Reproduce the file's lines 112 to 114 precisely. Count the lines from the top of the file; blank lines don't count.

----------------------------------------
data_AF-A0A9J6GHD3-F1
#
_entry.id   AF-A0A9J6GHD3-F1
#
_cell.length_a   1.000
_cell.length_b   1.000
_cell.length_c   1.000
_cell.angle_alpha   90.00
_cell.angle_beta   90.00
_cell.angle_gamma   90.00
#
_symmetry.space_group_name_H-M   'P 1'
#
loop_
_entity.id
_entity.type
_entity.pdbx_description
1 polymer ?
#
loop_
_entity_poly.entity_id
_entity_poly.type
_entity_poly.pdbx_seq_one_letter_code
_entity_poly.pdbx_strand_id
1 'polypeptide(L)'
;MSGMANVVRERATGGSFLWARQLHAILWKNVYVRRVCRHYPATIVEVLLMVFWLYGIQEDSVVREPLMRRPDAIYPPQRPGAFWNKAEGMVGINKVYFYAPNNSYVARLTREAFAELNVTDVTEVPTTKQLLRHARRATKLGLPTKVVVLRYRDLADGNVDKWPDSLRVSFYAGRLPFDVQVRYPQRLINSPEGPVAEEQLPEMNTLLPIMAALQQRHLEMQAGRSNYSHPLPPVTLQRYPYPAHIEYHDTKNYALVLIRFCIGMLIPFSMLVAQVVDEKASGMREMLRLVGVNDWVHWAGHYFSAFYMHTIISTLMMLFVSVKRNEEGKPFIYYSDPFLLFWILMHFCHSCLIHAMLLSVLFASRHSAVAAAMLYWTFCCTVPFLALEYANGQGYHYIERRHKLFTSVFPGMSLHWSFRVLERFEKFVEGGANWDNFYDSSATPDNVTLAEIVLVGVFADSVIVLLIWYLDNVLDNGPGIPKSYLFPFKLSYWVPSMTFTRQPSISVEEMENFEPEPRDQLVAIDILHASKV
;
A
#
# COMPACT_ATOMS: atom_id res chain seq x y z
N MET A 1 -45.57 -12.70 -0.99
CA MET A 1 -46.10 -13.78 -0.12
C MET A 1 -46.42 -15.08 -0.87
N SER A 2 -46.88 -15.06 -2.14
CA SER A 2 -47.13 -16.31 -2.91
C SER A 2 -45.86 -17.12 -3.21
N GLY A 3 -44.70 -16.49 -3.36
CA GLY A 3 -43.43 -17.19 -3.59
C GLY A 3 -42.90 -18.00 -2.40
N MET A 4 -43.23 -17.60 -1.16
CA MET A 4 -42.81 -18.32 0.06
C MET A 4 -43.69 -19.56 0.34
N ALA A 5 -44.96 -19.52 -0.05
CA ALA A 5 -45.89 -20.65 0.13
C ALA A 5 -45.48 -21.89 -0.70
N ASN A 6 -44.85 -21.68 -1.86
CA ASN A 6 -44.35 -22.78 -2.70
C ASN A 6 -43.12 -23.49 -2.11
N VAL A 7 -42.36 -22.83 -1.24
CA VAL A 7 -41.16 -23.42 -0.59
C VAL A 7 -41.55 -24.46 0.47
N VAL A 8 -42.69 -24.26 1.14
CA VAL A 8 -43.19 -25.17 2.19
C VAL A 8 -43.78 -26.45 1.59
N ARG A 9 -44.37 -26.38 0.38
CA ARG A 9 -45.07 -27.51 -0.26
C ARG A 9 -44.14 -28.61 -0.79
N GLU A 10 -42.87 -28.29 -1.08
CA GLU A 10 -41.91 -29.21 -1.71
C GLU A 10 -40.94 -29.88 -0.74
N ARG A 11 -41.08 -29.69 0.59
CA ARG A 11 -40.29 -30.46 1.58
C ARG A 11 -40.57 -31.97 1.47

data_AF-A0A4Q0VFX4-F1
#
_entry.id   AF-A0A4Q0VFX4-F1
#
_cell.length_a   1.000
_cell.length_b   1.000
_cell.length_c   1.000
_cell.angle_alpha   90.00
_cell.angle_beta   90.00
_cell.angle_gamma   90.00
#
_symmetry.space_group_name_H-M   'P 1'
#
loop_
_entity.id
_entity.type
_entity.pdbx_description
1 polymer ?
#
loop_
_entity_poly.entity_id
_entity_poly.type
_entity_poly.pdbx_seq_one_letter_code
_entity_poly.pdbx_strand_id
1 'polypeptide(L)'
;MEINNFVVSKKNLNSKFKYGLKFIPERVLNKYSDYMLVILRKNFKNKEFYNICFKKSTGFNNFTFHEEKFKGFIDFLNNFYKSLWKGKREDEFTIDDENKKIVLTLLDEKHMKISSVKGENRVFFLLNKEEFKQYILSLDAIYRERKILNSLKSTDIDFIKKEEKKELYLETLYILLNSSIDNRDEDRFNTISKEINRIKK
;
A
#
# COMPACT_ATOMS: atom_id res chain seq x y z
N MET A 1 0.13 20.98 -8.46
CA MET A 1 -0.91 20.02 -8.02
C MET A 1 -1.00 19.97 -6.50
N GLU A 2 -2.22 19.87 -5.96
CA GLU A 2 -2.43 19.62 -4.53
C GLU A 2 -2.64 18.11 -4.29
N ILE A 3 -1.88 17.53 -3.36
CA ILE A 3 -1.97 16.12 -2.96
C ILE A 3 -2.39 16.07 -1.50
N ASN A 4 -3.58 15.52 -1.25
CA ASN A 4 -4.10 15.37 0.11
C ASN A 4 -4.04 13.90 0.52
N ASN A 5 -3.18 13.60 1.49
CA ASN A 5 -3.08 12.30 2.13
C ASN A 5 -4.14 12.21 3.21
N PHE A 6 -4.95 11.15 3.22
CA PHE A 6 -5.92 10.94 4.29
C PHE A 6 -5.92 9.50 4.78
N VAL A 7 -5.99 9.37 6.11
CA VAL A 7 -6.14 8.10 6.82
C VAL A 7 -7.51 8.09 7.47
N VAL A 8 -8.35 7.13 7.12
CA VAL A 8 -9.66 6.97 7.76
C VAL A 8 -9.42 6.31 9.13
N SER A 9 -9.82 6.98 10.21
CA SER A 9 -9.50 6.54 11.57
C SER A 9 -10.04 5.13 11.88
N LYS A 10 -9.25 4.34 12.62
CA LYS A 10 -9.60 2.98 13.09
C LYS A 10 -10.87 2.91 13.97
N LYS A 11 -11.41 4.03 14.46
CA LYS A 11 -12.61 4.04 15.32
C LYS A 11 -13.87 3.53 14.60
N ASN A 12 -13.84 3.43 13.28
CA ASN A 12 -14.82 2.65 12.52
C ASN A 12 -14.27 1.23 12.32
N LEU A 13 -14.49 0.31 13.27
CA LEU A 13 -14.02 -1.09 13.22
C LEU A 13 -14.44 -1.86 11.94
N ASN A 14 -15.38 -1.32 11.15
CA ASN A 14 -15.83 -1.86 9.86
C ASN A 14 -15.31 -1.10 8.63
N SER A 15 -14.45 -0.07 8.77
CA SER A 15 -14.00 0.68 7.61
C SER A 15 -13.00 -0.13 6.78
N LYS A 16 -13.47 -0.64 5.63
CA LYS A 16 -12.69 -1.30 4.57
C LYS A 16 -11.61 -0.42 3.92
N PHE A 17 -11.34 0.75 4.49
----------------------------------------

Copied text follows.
N VAL A 7 -5.99 9.37 6.11
CA VAL A 7 -6.14 8.10 6.82
C VAL A 7 -7.51 8.09 7.47